ABVAlcohol by Volume. This indicates how much alcohol is in the bottle. Ethanol is the type found in fermented  beverages but other types also appear in beer in small quantities. The higher the alcohol, the more rich and complex the beer tends to be. High alcohol beers also often have a thicker, smoother mouthfeel.

IBUInternational Bittering Units. The accepted method of expressing hop bitterness in beer.  This refers to the amount of dissolved iso-alpha acids (bitter hop resins) present in the beer given in parts per million (ppm). Essentially, the higher this number, the more hoppy the beer.

FGFinal Gravity. This is a measure of the density of the beer at the time of bottling and is used to determine the alcohol content of the fermented beer. Sometimes you’ll see the term Apparent Attenuation (AA), which refers to the difference in original and final gravity.  Attenuation is the degree to which residual sugars have been fermented out of a finished bottle.

Plato – European and American scale of gravity based on a percentage of pure sugar in the wort.  This indicates the ratio of fermentable sugars to water in the beer. It’s based on the specific gravity and is given in degrees. A newer, more accurate version of the Balling scale.

Lovibond, SRM, or EBC – All terms describing the color of beer. Lovibond is a beer and grain colour measuring system that compares vials of beer to vials of coloured liquids. SRM (Standard Reference Method) is expressed as ten times the optical density of beer as measured at 430 nm in a spectrophotometer. EBC (European Brewers Convention) is continental standards organization for brewing. EBC is most commonly encountered as a term applied to malt colour. For all scales, the higher the number, the darker the beer.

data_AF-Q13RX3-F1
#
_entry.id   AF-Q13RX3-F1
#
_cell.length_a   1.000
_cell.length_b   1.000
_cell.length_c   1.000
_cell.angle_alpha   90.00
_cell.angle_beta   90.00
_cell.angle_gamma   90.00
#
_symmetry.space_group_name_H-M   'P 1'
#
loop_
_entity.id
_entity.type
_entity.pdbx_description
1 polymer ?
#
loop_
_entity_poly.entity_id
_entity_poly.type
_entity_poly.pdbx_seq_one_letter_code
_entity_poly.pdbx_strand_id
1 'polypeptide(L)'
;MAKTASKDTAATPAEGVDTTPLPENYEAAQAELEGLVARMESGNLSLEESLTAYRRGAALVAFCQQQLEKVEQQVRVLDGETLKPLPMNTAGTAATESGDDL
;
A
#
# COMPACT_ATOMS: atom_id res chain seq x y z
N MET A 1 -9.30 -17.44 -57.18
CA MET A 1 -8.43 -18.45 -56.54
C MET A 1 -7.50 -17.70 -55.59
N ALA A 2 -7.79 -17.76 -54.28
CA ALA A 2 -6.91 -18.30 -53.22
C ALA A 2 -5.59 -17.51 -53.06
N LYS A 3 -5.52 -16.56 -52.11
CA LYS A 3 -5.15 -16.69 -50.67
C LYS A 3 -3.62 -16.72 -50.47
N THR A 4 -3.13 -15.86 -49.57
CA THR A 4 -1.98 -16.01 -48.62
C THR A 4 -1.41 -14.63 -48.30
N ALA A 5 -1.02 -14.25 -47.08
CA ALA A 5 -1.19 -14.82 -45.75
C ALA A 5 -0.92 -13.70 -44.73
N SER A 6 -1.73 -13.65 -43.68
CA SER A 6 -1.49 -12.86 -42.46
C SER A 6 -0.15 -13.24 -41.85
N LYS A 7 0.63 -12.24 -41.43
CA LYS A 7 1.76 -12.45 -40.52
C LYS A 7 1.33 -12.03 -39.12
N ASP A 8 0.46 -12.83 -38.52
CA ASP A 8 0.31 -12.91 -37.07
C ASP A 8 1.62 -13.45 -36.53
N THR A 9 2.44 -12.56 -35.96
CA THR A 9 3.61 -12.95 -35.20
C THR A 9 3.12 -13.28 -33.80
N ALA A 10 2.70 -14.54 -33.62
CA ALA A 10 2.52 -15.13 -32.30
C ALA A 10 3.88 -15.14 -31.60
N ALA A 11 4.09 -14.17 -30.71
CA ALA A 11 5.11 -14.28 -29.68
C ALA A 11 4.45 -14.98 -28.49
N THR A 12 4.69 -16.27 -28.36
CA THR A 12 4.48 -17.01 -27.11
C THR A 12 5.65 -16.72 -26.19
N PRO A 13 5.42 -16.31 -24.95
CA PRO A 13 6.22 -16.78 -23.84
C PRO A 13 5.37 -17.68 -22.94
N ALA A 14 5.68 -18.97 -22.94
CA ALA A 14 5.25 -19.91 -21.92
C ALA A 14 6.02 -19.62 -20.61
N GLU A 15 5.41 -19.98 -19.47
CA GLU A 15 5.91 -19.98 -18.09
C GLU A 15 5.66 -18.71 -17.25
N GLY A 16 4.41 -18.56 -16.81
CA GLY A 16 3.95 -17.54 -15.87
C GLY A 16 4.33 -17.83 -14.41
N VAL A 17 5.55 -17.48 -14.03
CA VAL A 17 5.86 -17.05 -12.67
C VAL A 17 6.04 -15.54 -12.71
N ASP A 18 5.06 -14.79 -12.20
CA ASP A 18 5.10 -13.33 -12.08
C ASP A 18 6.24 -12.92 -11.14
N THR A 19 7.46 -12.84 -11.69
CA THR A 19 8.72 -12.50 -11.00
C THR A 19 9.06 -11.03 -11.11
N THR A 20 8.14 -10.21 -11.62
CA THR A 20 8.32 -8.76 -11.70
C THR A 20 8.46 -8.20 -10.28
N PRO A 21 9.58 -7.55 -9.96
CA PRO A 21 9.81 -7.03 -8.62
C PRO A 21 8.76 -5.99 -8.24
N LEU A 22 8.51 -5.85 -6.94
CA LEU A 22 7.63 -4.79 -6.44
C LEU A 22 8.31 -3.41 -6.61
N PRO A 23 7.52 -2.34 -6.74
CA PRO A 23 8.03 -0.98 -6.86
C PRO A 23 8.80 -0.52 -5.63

Bottling and Expiration Date – If they list this, beer labels generally give one or the other. With the exception of higher alcohol beers meant for aging, beer is generally good for about one year after the bottling date. If the expiration date is given, this means that the brewer feels the beer will not be at its best after that date.  With the introduction of cask beers there is an increasing amount of beers sporting a Best After date as well.

Other information that can be found on beer labels includes, but is not limited to, serving temperature, recommended glassware, storage recommendations, food pairings, brewery information (address, website etc.), ingredients, musings, government warnings on the dangers of alcohol consumption etc.


And just for fun…


The collecting of beer bottle labels. — labeorphile, n. 


The study of beer bottle labels. —meadophile, n. 


The collecting of cardboard beer coasters. —tegetologist, n.